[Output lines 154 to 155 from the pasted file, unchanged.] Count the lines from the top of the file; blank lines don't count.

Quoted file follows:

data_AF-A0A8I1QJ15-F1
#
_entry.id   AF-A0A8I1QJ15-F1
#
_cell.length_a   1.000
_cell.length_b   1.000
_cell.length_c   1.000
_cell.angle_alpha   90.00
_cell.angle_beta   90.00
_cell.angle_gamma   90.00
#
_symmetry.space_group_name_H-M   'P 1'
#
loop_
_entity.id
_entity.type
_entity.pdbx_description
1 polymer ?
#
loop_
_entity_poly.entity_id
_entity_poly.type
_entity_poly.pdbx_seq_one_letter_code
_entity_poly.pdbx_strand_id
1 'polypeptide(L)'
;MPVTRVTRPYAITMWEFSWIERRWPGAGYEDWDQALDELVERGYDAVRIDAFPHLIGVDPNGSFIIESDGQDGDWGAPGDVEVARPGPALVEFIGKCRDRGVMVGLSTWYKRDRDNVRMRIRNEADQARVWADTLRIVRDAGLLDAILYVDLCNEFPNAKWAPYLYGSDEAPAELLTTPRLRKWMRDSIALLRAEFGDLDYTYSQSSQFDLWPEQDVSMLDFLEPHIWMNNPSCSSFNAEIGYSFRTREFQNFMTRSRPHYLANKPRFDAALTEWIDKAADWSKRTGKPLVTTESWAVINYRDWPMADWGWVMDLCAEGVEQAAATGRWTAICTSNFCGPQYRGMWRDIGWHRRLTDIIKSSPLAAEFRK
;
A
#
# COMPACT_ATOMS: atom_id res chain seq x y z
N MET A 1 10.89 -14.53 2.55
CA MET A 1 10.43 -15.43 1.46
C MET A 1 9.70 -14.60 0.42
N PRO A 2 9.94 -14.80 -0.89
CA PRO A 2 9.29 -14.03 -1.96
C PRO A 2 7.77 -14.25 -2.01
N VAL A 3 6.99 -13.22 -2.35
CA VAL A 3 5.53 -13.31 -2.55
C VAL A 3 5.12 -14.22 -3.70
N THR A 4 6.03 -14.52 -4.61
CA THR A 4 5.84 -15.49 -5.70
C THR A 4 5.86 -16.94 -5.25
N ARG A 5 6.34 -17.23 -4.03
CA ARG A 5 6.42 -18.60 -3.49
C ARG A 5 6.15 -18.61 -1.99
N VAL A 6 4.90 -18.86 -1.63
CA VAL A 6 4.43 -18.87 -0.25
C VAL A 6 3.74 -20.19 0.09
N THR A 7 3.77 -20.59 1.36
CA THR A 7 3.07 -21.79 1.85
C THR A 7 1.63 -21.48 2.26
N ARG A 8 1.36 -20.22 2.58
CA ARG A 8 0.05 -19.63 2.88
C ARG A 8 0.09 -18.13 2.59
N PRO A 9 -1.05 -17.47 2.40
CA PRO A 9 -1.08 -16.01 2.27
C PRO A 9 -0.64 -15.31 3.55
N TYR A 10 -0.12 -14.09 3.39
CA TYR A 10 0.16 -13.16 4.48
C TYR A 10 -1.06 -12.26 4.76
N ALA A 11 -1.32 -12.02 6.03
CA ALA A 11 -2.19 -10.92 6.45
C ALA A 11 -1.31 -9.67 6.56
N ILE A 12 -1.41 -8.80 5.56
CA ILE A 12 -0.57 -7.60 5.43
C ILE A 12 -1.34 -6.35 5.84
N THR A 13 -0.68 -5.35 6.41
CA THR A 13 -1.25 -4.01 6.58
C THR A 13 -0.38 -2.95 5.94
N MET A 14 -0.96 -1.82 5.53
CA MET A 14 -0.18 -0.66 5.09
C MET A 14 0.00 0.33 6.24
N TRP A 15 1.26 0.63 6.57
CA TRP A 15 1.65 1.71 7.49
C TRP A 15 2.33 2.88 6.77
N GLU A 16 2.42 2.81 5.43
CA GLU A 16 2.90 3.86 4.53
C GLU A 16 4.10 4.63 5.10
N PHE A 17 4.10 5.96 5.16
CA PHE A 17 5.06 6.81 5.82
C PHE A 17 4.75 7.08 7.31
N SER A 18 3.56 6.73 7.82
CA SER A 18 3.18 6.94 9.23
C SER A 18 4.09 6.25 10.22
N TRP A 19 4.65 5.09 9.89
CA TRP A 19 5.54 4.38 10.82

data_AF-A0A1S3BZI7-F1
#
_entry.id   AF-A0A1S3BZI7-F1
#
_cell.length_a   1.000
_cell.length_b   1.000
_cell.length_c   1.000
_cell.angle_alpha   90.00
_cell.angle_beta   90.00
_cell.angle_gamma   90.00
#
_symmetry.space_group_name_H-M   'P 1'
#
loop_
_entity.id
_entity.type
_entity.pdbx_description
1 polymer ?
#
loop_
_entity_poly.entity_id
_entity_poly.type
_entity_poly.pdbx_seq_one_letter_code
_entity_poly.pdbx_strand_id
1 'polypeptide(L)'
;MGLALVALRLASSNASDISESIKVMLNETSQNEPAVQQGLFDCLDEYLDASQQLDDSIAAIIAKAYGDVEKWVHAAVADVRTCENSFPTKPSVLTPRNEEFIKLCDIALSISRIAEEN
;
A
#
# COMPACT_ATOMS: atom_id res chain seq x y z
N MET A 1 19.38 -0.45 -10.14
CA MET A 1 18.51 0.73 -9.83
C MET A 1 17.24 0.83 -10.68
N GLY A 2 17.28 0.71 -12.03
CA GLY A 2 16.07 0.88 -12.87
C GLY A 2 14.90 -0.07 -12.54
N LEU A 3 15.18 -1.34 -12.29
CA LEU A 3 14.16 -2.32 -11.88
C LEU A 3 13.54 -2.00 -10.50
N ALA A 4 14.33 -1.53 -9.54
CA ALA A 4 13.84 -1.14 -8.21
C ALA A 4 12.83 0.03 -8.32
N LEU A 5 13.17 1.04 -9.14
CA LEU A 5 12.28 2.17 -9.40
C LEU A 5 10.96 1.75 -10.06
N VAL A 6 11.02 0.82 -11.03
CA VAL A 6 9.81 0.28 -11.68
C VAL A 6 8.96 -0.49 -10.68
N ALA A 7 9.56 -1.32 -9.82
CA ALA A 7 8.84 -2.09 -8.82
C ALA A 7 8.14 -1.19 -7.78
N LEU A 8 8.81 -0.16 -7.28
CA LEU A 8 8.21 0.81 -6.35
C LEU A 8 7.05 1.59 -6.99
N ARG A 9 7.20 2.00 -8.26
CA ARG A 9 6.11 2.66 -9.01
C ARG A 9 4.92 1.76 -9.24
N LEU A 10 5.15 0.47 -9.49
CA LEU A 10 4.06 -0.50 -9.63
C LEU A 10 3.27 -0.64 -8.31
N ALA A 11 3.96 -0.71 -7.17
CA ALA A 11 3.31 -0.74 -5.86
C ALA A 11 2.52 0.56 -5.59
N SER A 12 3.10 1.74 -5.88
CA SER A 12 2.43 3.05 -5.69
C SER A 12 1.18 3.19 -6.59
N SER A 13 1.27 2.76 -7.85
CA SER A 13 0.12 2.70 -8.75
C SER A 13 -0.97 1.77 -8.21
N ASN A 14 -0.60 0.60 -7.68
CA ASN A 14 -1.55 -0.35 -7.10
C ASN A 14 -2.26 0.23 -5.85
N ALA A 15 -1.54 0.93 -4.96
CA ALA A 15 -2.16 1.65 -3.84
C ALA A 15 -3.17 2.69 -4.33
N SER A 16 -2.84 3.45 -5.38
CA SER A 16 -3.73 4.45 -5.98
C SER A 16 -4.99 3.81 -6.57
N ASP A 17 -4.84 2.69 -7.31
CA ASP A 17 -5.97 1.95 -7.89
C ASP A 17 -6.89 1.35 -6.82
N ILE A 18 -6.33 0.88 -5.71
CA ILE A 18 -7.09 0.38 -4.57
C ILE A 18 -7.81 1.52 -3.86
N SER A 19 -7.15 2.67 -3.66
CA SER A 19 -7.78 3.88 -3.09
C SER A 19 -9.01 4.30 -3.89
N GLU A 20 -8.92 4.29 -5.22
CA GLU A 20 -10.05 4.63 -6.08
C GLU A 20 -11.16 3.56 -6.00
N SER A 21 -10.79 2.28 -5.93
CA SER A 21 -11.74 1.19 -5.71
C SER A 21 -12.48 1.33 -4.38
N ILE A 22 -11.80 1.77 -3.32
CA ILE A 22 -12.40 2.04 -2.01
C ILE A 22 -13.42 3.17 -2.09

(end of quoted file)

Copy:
CA SER A 13 0.12 2.70 -8.75
C SER A 13 -0.97 1.77 -8.21